These people are all very Coenesque, yet toned down from the oddballs typically inhabiting their movies. Everything about Inside Llewyn Davis feels less consciously odd than usual. Everything is muted. The cinematography, by Bruno Delbonnel (first time working with the Coens), paints scenes in subdued greys and browns, creating a cold, sad atmosphere. Wintertime New York has rarely felt so chilly and oppressive. One scene, during the drive to Chicago, is set in one of those restaurants spanning the highway. It’s bright and shiny, empty and cold, the middle of the night. Llewyn sits with Turner and Johnny Five (Hedland), who recites a poem. Below them, out of focus through the dark windows, headlights stream by in one direction, tail lights in the other.
The world moves on, while Llewyn remains frozen.
Llewyn is so very alone. He’s such a peculiar character to center a movie around. It was a good move to give him a cat. Which in case you’re worried the cat is a cheap way to humanize a bastard of a character, don’t. Things with the cat work out as surprisingly as everything else in the movie.
Mind you, the surprises are of the low-key variety. Everything about Inside Llewyn Davis is low-key. Even the world of folk singers is low-key. I’ve read a lot about the movie’s recreation of the early ‘60s folk scene, but aside from the few characters we meet, and the handful of songs we hear, I don’t know that a “scene” has been recreated. The movie isn’t about the scene. It’s about this one man who’s angrily fighting against it (the scene) as much as he’s fighting to be a part of it. He wants it and he hates it.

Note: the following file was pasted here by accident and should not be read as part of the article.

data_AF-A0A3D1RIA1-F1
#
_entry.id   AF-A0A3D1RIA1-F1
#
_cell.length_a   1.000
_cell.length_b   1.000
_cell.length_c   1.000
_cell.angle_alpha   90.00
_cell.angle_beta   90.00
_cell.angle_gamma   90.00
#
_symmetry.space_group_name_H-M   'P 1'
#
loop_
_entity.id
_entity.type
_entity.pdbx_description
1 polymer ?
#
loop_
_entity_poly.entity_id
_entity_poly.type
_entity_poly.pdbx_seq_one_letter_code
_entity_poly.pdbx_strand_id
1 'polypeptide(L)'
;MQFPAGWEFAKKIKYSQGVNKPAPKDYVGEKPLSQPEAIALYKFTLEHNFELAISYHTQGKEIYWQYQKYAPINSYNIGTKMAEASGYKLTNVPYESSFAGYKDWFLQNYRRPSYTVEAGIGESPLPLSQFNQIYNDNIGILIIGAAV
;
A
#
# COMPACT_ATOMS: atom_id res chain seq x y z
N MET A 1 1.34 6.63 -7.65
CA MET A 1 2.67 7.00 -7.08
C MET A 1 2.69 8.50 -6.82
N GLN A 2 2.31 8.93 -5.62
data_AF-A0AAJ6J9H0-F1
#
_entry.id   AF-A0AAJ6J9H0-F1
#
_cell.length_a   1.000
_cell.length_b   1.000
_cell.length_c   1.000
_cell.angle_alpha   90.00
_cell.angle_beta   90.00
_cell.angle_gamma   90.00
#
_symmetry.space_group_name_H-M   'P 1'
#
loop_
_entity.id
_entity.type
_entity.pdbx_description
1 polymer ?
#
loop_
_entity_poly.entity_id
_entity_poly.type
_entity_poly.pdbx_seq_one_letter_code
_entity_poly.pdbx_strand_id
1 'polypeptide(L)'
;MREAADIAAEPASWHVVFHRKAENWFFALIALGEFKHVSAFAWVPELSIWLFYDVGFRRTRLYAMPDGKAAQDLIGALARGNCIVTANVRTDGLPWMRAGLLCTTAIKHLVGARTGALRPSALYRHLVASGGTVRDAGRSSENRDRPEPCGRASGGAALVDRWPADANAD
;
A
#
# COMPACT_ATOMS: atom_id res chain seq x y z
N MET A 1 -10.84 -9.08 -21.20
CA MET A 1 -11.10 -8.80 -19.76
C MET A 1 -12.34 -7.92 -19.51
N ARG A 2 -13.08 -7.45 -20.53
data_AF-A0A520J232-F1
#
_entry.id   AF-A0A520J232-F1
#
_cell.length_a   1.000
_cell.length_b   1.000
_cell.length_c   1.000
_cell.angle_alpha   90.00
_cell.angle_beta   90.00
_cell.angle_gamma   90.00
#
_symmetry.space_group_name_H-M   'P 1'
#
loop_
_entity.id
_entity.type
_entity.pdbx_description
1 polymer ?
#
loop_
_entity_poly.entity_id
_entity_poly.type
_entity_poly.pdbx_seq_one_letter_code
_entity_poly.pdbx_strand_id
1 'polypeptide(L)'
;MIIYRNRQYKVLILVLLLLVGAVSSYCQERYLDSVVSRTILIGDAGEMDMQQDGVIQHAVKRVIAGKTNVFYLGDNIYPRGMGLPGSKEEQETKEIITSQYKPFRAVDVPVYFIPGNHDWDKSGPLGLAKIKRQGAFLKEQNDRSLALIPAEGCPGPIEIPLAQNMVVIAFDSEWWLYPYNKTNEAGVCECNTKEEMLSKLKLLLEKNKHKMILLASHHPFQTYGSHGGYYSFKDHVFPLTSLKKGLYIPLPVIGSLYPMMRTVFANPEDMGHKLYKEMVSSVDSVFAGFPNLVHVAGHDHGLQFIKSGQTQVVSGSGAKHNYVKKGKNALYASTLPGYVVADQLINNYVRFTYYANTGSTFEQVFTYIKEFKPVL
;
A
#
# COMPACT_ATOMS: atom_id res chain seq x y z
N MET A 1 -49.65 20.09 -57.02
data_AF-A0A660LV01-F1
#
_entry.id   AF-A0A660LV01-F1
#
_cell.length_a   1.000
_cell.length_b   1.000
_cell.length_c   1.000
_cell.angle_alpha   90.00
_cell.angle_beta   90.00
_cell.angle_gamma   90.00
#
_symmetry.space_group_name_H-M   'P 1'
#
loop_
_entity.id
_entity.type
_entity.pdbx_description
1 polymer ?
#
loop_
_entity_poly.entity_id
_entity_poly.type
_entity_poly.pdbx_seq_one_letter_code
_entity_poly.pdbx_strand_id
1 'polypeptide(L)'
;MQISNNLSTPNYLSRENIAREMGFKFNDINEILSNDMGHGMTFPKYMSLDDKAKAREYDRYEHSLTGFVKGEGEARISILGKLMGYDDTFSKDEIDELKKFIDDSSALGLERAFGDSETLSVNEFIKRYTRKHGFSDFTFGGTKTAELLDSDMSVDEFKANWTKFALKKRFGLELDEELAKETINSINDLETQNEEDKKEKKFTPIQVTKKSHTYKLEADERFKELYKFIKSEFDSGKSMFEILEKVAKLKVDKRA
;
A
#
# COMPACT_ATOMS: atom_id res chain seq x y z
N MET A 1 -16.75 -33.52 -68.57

I’m finding this movie difficult to write about. I feel like ten years from now, when it’s had time to sit with me and I’ve seen it five or six times, I’ll have more to say. Because everything that happens in here happens below the surface. The surface is lovely too, it’s full of great performances, both acting and musically speaking, but I’ve already described it (the surface) for you. An intense, self-aware, pain-in-the-ass artist struggles to make it. He meets some people. Sings some songs. And, more or less, fails at everything. Why, in the hands of the Coens, this is so interesting, and what it says about art, and loneliness, and self—that’s the beginning of the conversation on what’s simmering underneath.
And that’s as far as I’ve come, one day after seeing it—the beginning of the conversation.
The Coens only make movies about characters down on their luck, but few have been as down as Llewyn. Most of the others, whether or not they ever achieve their dreams, believe they will, however briefly. Some do it all for friendship. Some grow old and raise a family. Some are happy simply bowling. What dream is Llewyn chasing, and does he ever really believe in it? That I don’t know.
I also don’t know how the Coens made a low-key, plotless, meandering and morose movie so heartfelt and fascinating. I’m going to see it again and think on it.